House DJ Hector Romero began his musical career in the summer of '83 in the Bronx, where summer block parties infusing Latin, hip-hop, and R&B ruled the streets. Eager to learn the art of spinning records at 13, he quickly mastered the turntables and landed gigs at NYC clubs La Mirage and Red Zone, where he met house legend David Morales and became Morales' opening DJ. In 1994, he signed on to be the A&R for Def Mix records, and since then has held residencies and traveled the world with label mates Morales and the late Frankie Knuckles. We spoke with Romero about the evolution of house music, the definition of a true DJ, and memories of his friend Frankie Knuckles. He plays this Saturday, May 10, at Mighty for the Frankie Knuckles Tribute party.
As someone who started DJing more than 30 years ago, what's the biggest change you've seen in the New York electronic music scene since you began your career?
The biggest change I've seen so far is the explosion of EDM. It has not only taken New York by storm, but the entire country. I never thought I'd see dance music get as big as it is here in the States. During the golden years of '90s house, my friends, (including myself) wished for dance music to get bigger. But as the saying goes, "Be careful what you wish for."
I'm not a fan of all EDM, but I'm not going to hate on it, as I feel it has opened a lot doors and exposed electronic music to markets that would never have even considered listening to it. I do wish some of the really well-produced house music would get accepted a little more, and signs are looking good for that to happen. Also, with Frankie's passing, there has been awareness and focus on house music, so I feel more change for the better is coming.
You've always remained a true DJ during your career, and not a hybrid producer/DJ or remixer/DJ. What do you think of the definition of "DJ" today?
It's very hard to just be a DJ these days -- harder than ever. I feel like I was the last generation to get away with being just a DJ. It's unfortunate, because there are so many talented DJs that have no interest to produce or remix, and they don't get a fair shot at playing clubs because of that. Even I was starting to feel the effects of that. Never say never though, because after 31 years of being just a DJ I've actually only recently become a true hybrid DJ/Producer. It took me a long time to feel comfortable in the studio, and I only recently found a studio partner that allows me to be creative as I can. His name is Raffa Scoccia, and together we produce under Moon Rocket & Romero. I can finally contribute and express what's on my mind through Raffa; he helps me get my points across musically. There will be more news regarding our collaboration in the near future.
What was one of the first things you learned running a record label?
I've been at Def for 19 years now. I've practically grown up there. I was young and wanted things to move fast early on. I've learned to be patient with my choices over the years, patient at making decisions such as records we sign, remixers we choose for projects, etc. I'm still hungry and focused at what I love to do, but definitely more mature and patient when it comes to decision-making.
Is there anything exciting coming from the label that you can share with us?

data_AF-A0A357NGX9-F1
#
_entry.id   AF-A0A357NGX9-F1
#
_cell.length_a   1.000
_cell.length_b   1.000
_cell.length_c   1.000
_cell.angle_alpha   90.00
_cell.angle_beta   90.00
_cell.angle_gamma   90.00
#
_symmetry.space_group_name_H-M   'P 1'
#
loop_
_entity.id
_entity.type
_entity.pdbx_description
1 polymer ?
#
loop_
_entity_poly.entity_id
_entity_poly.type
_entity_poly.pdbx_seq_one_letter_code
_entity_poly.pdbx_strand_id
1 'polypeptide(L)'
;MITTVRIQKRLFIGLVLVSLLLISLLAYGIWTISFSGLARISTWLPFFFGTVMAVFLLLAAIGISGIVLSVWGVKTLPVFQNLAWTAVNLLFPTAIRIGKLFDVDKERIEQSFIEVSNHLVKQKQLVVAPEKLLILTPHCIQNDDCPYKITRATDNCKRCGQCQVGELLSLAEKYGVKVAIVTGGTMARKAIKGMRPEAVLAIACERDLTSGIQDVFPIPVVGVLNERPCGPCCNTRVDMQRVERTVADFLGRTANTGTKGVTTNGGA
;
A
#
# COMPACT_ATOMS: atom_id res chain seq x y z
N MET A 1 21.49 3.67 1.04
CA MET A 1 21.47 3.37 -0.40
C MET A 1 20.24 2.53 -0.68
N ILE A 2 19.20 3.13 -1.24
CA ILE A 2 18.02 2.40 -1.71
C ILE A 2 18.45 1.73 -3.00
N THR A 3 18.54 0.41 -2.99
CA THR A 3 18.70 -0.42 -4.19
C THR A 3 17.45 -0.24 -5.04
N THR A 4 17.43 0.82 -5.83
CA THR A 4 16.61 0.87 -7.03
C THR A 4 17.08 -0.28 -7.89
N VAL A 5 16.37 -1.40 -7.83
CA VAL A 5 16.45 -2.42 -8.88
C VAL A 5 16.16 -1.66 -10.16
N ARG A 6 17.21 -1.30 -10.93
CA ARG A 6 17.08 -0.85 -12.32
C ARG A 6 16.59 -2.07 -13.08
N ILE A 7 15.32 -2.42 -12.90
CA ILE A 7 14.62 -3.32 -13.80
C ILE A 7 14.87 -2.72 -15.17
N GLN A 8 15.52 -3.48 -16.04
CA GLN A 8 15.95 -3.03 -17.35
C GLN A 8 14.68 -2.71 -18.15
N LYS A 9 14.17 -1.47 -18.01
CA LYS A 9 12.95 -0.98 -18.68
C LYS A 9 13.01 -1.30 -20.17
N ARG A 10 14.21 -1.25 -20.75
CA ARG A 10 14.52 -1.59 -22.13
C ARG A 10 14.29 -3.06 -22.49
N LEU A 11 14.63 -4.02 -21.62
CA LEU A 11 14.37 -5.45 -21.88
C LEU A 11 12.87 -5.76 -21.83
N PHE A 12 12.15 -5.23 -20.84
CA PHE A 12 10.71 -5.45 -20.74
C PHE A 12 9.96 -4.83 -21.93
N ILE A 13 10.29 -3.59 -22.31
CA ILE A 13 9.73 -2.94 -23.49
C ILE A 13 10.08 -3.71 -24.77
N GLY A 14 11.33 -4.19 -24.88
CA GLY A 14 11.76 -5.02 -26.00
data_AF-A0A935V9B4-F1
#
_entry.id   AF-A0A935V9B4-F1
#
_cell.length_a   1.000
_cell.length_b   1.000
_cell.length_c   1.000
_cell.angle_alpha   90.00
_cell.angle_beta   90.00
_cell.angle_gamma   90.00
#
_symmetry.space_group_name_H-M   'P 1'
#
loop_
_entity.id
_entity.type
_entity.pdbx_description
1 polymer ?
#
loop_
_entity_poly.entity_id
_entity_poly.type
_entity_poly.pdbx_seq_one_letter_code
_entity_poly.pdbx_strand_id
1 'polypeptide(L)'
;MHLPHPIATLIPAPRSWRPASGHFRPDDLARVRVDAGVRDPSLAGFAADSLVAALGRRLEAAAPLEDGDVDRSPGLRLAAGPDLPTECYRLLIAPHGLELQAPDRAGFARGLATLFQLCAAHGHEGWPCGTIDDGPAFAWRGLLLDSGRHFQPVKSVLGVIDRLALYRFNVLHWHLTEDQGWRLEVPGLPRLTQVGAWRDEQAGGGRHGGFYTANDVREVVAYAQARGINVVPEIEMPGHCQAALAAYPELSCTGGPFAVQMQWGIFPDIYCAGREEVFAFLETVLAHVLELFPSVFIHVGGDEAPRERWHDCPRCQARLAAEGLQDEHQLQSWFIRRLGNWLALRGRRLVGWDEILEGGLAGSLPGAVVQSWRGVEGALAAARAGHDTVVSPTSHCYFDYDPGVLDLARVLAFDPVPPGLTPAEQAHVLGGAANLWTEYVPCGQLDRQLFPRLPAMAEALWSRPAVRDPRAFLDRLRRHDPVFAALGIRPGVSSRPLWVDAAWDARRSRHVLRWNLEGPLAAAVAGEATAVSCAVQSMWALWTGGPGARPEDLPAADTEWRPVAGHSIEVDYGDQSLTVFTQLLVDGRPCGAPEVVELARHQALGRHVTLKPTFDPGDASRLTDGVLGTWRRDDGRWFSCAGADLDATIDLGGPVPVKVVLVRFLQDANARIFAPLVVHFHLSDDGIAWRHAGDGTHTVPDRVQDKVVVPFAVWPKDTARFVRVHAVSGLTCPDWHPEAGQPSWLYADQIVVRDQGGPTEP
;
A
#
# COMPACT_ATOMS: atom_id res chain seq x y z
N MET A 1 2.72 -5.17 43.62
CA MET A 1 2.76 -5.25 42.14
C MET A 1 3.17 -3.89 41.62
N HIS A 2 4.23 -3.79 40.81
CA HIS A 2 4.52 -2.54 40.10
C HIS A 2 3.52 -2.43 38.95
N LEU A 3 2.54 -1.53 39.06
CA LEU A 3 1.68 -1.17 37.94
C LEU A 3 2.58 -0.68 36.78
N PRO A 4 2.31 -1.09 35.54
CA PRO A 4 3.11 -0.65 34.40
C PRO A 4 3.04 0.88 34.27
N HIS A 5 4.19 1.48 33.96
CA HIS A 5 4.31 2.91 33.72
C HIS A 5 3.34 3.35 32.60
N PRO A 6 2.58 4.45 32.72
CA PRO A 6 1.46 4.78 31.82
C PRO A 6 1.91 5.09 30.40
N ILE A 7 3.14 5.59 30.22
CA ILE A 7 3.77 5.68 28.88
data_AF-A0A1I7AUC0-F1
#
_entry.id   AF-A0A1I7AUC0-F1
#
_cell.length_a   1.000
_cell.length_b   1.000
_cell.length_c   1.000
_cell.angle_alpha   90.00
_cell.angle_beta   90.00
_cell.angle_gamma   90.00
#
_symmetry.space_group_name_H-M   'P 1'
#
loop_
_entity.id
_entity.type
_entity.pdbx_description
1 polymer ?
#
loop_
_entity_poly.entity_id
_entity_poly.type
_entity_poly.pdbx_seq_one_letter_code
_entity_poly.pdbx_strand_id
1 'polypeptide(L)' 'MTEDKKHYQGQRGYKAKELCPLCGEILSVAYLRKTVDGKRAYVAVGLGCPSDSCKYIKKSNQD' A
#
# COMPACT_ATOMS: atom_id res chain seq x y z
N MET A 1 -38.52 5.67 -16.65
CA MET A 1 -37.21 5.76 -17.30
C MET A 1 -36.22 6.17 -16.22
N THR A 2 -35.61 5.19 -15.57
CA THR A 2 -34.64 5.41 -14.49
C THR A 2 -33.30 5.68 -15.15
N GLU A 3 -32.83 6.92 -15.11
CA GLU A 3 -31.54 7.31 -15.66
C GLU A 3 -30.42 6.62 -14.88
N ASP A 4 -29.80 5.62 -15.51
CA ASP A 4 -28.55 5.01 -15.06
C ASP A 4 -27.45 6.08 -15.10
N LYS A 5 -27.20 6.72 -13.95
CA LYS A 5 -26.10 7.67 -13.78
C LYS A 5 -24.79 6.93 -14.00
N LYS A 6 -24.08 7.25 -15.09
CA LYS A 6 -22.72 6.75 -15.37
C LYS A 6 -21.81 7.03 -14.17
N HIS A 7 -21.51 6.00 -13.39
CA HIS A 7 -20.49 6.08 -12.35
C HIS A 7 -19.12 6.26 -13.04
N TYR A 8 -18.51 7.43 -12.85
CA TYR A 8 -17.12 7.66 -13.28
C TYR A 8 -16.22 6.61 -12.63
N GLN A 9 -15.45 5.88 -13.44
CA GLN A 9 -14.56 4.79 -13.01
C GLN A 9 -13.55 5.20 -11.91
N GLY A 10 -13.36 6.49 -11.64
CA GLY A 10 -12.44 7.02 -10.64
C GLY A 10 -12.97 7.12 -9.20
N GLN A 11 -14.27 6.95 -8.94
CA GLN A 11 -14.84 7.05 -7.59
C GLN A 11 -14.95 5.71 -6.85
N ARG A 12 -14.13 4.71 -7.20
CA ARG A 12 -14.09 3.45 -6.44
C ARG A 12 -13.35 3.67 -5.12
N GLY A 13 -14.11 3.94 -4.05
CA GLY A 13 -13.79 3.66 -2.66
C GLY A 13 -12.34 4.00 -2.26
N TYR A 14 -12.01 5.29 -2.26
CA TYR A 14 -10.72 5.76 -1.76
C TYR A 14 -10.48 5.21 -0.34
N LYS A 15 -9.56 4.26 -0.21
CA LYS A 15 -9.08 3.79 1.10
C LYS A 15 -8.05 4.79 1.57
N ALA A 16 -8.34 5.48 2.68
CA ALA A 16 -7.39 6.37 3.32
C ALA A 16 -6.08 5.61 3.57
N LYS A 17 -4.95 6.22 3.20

Yes indeed. Morales has been producing an EP titled David Morales Presents Red Zone that takes after his residency at the Red Zone Club NYC during the '90s. David was famous for producing Red Zone Dubs of vocal records he remixed. Some of his famous Red Zone Dubs were remixes of Stevie V, Shawn Christopher, Ten City, and Alexander Oneil, just to name a few. These remixes catered to the jocks that didn't want to play the vocal versions and loved playing hypnotizing, after-hours-style grooves. So the Red Zone EP is going to be fun to put together and should be available this summer.
You've been constantly traveling and touring around the world since you started DJing. What do you enjoy doing in your downtime?
I love to cook and listen to salsa music at home. From all my years of traveling I've been fortunate to experience different cuisines, and I love mixing and matching flavors from different parts of the world when I cook at home. My wife is a very picky eater, so I actually cook for my daughter, who absolutely loves food as much as I do. She's going to be an expensive date one day as she loves it all. And while I'm cooking, I jam to some proper salsa music.
With such a prolific career, is there anything you want to do that you haven't?
Oh, I have so much more to accomplish. I love to listen to orchestras, and it would be a dream to hear one of my productions played by a full orchestra.
Since you'll be playing Mighty on Saturday as a tribute to Frankie, can you share with us one of your favorite memories of Frankie?
I was fortunate to share some amazing times together with Frankie. Some of my faves were during the 10 years we held residency at Pacha, Ibiza. We shared great laughs, dinners, and DJ sets that I will never forget. I loved playing for him and just to get that nod and smile from him that I was doing a good job made my night. I'm truly grateful for those moments.
What's something he taught you that will definitely stay with you all your life?
He always told me to play from the heart and that you can't make everyone happy when playing music -- I'm gonna miss him a whole bunch.
What's a jam you'll be playing in his honor?
There are so many to choose from, but more than likely Sounds of Blackness "The Pressure" or Frankie Knuckles Pres. Satoshi Tomiie Feat Robert Owens "Tears."